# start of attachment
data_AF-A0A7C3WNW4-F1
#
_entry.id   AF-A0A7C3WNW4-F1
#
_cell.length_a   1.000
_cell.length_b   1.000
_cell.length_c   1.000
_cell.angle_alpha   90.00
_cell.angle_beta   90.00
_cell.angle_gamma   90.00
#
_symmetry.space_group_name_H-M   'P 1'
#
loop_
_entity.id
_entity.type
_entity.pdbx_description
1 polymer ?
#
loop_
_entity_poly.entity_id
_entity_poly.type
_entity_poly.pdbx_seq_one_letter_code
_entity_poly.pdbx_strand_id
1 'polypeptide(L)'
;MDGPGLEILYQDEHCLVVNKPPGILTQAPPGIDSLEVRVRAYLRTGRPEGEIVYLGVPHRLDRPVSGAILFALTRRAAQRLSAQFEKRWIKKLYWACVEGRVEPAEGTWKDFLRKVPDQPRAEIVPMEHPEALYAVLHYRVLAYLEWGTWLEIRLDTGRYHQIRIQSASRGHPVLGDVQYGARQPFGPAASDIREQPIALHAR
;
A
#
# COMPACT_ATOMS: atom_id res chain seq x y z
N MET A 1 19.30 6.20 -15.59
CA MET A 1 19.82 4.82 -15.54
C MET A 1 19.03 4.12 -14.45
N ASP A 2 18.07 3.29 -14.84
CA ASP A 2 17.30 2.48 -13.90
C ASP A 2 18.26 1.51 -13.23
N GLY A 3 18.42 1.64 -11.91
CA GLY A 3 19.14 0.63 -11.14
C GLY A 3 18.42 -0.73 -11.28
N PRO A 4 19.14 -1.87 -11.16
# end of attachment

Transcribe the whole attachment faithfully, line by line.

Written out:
data_AF-A0A7C3WNW4-F1
#
_entry.id   AF-A0A7C3WNW4-F1
#
_cell.length_a   1.000
_cell.length_b   1.000
_cell.length_c   1.000
_cell.angle_alpha   90.00
_cell.angle_beta   90.00
_cell.angle_gamma   90.00
#
_symmetry.space_group_name_H-M   'P 1'
#
loop_
_entity.id
_entity.type
_entity.pdbx_description
1 polymer ?
#
loop_
_entity_poly.entity_id
_entity_poly.type
_entity_poly.pdbx_seq_one_letter_code
_entity_poly.pdbx_strand_id
1 'polypeptide(L)'
;MDGPGLEILYQDEHCLVVNKPPGILTQAPPGIDSLEVRVRAYLRTGRPEGEIVYLGVPHRLDRPVSGAILFALTRRAAQRLSAQFEKRWIKKLYWACVEGRVEPAEGTWKDFLRKVPDQPRAEIVPMEHPEALYAVLHYRVLAYLEWGTWLEIRLDTGRYHQIRIQSASRGHPVLGDVQYGARQPFGPAASDIREQPIALHAR
;
A
#
# COMPACT_ATOMS: atom_id res chain seq x y z
N MET A 1 19.30 6.20 -15.59
CA MET A 1 19.82 4.82 -15.54
C MET A 1 19.03 4.12 -14.45
N ASP A 2 18.07 3.29 -14.84
CA ASP A 2 17.30 2.48 -13.90
C ASP A 2 18.26 1.51 -13.23
N GLY A 3 18.42 1.64 -11.91
CA GLY A 3 19.14 0.63 -11.14
C GLY A 3 18.42 -0.73 -11.28
N PRO A 4 19.14 -1.87 -11.16